As a parent, I have had to advocate and sacrifice so much to enable my daughter to thrive. And I would fight and sacrifice 10x more. There is a shaming that happens to parents to talk about how difficult it can be to raise a child with autism, and I understand why that is, because I would never wish for my daughter to feel like she is a burden. She is not, she is my light and my inspiration. But the reality of the way our society is set up means that there is a huge weight and strain on parents of children with autism to help their children thrive in SPITE of their environment. And it has to be okay for these parents to be seen and receive support.
For our sufferings I 100% blame society and not my child. My daughter is amazing, you only have to look at her to see that. And the moment people begin to accept and love those that are different to themselves is the day when her life and mine will become so very much easier. It’s my job to help my daughter be able to be who she is and fly. And I am in awe DAILY of every leap and hurdle she overcomes in spite of the challenges that face her.
In Float, you see how this child who could be deemed as “different” has his own potential but those who don’t understand it are scared. Other parents keep their children away out of fear or lack of understanding and the family ends up isolated and hiding, feeling unable to fit in. Part of this stems from the parent’s fears, another part from the realities of their interactions with the world around them.
What happens as a result is you see the parent trying to hide who his son really is, feeling frustrated with him, and literally stopping him from flying. He weighs his son down with rocks and questions his son why he can’t just be normal. At this moment you see the soul of his child diminish and hurt. And you see the realisation hit the parent. When he accepts his child for who he is, despite the world’s fear, judgment, and rejection the child is able to fly again.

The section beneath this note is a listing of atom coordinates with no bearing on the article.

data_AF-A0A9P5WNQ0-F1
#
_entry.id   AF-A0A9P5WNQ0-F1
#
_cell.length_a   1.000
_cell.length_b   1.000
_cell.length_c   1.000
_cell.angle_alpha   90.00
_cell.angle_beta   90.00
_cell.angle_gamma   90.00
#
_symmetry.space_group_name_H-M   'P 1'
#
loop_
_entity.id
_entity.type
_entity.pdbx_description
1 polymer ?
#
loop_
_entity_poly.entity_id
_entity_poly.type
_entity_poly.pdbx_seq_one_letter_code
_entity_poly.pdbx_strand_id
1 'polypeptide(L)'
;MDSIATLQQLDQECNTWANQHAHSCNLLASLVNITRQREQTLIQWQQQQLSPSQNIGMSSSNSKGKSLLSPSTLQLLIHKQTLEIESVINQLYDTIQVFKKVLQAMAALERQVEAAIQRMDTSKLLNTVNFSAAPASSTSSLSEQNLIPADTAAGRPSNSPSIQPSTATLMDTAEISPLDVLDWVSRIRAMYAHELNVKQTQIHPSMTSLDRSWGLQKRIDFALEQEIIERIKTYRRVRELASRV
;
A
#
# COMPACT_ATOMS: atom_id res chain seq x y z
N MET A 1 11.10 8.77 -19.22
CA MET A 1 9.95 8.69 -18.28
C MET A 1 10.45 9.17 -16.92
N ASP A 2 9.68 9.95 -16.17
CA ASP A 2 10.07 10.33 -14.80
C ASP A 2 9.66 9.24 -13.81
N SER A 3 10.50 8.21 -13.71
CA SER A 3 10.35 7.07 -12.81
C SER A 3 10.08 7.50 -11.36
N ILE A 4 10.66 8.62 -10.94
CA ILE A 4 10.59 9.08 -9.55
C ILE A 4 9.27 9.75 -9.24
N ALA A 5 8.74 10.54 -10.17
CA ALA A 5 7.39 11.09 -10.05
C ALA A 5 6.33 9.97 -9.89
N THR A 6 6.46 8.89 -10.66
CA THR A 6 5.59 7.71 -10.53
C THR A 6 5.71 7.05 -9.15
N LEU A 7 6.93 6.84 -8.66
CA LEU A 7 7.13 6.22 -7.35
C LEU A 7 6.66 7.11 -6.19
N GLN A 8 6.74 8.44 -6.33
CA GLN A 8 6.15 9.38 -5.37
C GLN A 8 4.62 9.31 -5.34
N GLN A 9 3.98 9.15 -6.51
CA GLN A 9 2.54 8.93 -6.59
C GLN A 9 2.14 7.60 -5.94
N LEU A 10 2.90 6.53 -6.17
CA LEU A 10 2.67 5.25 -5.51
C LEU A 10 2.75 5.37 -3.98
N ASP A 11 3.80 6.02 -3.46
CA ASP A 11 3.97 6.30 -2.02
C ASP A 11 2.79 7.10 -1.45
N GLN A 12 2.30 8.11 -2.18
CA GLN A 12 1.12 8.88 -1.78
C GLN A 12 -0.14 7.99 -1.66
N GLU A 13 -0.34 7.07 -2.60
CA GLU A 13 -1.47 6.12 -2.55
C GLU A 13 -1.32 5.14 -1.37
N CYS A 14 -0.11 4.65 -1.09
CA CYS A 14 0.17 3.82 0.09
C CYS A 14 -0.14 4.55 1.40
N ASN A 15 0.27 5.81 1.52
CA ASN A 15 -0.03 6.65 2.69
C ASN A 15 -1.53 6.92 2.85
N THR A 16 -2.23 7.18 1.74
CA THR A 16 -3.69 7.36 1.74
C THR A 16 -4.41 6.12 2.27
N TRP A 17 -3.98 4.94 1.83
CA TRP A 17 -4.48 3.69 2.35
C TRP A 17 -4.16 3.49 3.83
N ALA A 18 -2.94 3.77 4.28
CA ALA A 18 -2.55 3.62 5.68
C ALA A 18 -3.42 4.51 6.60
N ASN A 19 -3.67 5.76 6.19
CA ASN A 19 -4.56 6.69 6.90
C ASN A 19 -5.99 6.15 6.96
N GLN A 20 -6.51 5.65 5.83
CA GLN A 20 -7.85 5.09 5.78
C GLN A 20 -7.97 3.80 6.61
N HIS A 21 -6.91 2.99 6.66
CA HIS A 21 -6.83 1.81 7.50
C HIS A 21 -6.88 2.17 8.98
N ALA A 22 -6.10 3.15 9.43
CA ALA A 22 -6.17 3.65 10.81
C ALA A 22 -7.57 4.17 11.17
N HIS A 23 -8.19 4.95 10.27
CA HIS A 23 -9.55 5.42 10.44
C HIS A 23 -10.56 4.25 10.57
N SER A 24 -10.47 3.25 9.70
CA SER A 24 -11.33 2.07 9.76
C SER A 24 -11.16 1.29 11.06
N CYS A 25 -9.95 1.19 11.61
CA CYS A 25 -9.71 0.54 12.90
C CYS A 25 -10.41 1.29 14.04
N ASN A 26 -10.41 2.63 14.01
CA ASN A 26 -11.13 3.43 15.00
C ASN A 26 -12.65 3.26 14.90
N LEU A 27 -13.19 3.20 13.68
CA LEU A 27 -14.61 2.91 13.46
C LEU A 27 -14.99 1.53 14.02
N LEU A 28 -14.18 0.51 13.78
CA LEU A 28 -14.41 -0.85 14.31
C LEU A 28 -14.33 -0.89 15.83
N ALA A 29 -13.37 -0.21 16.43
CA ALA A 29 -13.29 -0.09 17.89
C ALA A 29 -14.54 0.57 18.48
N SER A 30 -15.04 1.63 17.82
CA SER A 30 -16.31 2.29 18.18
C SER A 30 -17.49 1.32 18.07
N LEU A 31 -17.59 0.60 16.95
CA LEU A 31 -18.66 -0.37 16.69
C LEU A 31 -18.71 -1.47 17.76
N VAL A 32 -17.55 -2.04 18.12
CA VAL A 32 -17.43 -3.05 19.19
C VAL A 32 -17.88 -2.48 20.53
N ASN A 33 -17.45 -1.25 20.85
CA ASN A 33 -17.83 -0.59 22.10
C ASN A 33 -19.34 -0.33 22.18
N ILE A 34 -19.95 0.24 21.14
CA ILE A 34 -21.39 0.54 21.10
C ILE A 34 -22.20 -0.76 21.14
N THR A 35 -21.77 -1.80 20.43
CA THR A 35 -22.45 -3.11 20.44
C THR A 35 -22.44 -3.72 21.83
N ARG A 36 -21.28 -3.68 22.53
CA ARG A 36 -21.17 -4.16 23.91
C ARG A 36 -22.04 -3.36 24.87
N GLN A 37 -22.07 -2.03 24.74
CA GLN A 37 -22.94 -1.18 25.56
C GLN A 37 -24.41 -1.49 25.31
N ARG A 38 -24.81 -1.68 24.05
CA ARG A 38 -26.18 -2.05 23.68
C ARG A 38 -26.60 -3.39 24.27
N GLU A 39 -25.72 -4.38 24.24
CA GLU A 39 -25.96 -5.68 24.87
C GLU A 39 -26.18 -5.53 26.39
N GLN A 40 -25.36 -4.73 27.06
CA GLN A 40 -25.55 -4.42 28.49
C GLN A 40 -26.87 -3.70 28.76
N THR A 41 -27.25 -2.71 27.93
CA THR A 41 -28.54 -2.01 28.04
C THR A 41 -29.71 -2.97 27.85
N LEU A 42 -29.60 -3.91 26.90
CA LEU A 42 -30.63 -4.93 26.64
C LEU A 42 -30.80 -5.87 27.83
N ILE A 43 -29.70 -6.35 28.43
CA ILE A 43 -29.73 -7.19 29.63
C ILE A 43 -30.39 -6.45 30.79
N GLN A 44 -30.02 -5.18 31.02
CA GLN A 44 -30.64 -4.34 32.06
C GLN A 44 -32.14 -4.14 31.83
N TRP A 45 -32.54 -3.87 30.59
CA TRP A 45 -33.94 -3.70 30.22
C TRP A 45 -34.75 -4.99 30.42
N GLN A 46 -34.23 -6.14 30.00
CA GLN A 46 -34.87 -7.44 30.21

It shows the turmoil of a parent of a child who is different, in trying to keep them safe, while wanting to honour who they are. This video is so powerful to me as it shows the plight of both the parent and the child. It represents how they have to believe and trust in each other despite what the world is trying to do around them. And how they need to choose each other over other people’s discomfort.
And finally to Erin
I’m sorry for the times that I let other people’s judgment change what I should have done to make sure you could be who you needed to be.
I’m sorry that the world can be isolating and scary and I love how we are building a world and sanctuary of our own.
I’m sorry for letting them dim my light and thank you for helping me let it keep shining in spite of everything we have to go through together.
And thank you for showing me and those around you all your magic so unapologetically. As Elsa says… and you sing so loudly…Show yourself.
I’ve never felt so certain
All my life I’ve been torn
But I’m here for a reason
Could it be the reason I was born?
I have always been so different
Normal rules did not apply
Is this the day?
Are you the way
I finally find out why?
I’m no longer trembling
Here I am
I’ve come so far
You are the answer I’ve waited for
All of my life
Oh, show yourself
Let me see who you are